The Australian Rugby community is mourning the passing of Wallaby number 418, Terence “Terry” Curley who passed away yesterday aged 78.
Born in Newcastle, Terry Curley became a Wallabies fullback aged 18 and went on to earn 11 Test caps.
Schooled at the famous rugby nursery, St Joseph’s College in Hunters Hill, Sydney, the talented Curley steered his schoolboy team to the 1955 premiership.
Upon finishing high school he returned to Newcastle to pursue a chemical engineering degree and whilst doing so played for the Newcastle Wanderers club. His prodigious ability saw him selected for the NSW Country, NSW and Australian teams in 1957.
He made his Test debut as an 18-year old, 12 days before his 19th birthday against a formidable All Blacks side. His performance earned him selection in the Wallabies tour to Britain, where he starred in 34 matches throughout Britain, France and America, including all five Tests. His next tour was to New Zealand where his goal kicking helped secure the Wallabies a famous three-point win in Christchurch.
On his return to Australia, Curley announced his retirement at 20 years of age and went on to enter the Marist order. As well as being a skilled teacher, he proved a fine coach at both Marist Brothers Ashgrove and St Joseph's College, where a number of future Wallabies came under his expert eye. His coaching successes were matched by those in the academic area and he rose to the position of deputy head at St Joseph's. Later in life, he retrained and worked as lawyer in Sydney.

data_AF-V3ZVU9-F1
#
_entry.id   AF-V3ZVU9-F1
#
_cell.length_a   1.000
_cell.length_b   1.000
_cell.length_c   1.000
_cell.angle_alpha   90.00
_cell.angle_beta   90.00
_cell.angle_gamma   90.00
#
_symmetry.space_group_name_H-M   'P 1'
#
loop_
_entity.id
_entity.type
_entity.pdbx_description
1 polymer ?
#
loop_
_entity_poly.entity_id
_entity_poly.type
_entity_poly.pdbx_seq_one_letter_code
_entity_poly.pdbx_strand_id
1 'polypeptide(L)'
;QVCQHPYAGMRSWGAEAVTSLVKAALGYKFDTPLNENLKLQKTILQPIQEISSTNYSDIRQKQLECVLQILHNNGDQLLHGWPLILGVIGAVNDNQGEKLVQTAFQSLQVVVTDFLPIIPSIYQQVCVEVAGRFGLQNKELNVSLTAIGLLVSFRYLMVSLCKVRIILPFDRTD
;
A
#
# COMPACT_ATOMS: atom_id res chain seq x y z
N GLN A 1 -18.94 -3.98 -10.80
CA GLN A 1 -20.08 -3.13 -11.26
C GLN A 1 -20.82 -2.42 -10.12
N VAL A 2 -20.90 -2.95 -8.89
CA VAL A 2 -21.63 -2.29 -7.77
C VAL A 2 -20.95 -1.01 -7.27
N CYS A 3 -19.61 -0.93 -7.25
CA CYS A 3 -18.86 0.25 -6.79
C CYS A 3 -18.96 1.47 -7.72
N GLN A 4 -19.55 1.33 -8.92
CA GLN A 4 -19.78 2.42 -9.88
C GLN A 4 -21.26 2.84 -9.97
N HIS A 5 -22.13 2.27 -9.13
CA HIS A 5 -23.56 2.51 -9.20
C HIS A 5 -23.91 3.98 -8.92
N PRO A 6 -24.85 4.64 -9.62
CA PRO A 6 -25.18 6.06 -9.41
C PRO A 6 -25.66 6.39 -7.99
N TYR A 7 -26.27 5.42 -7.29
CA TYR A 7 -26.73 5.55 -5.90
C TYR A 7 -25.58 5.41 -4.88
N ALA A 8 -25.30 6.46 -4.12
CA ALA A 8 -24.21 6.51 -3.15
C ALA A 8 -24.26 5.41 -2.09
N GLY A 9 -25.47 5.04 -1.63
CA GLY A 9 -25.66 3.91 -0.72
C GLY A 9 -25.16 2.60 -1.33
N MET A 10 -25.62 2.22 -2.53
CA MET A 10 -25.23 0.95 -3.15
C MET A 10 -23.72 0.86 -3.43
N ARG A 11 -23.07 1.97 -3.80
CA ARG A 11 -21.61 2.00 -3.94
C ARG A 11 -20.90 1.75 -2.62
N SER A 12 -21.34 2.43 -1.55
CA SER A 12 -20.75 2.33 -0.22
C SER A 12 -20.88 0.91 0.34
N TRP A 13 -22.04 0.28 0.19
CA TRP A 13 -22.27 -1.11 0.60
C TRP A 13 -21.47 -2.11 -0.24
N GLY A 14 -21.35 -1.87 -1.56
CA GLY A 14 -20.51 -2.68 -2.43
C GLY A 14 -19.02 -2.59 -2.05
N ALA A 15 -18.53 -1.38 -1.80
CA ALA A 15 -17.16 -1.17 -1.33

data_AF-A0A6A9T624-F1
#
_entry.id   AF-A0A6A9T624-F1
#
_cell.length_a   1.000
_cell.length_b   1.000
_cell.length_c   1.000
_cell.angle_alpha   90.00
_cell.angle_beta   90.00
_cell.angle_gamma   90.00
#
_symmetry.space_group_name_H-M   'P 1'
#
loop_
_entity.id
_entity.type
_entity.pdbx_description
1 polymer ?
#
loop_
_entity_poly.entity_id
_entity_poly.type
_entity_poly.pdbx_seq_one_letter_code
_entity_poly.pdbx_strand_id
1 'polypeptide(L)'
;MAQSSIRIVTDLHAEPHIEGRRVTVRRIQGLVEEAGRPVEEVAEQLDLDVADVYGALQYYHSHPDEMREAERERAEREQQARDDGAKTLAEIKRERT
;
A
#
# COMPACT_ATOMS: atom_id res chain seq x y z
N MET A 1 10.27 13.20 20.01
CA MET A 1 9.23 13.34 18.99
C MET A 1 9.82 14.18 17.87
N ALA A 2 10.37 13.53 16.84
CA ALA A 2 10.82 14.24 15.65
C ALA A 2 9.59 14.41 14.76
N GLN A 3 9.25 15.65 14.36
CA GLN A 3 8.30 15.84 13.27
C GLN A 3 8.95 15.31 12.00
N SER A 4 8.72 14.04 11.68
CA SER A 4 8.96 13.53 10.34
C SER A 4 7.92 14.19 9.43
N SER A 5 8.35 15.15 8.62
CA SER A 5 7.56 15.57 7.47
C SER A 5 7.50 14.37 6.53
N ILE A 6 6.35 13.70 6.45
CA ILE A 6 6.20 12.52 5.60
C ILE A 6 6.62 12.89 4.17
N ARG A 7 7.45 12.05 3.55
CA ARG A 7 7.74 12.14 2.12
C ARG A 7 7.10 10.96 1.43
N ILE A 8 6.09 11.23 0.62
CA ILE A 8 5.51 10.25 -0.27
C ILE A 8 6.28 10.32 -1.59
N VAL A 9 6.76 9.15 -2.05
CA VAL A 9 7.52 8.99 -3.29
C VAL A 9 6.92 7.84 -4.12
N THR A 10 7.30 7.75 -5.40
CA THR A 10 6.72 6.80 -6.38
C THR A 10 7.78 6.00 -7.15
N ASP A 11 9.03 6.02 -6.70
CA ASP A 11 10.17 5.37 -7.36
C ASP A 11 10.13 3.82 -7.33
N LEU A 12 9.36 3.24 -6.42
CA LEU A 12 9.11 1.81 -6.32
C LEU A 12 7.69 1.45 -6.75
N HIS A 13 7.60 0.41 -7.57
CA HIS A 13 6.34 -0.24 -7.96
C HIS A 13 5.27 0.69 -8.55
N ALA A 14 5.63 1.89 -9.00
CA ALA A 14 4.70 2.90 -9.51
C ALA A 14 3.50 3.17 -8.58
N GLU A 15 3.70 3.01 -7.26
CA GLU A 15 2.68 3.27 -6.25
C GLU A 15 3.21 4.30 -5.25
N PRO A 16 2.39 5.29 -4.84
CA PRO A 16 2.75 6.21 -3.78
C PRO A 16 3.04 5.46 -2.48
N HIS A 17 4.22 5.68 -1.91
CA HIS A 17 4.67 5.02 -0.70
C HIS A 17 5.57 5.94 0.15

President of Australian Rugby Union Dr John Coolican said: “There are very few players who can lay claim to having made their international Test debut at 18 years of age. For Terry to have been granted such a momentous honour at such a young age shows how impressive he was on the field.
“He will be remembered as a tremendously talented player who was unfailingly committed to doing his very best for his country while wearing the gold jersey.
“Off the field, he was a man who dedicated himself to his work and his community. As a teacher, his past success with the Wallabies helped him guide many young students through their rugby early careers.
“On behalf of all Wallabies, past and present and the entire Rugby community, we pass on our condolences to his wife Libby and the entire Curley family."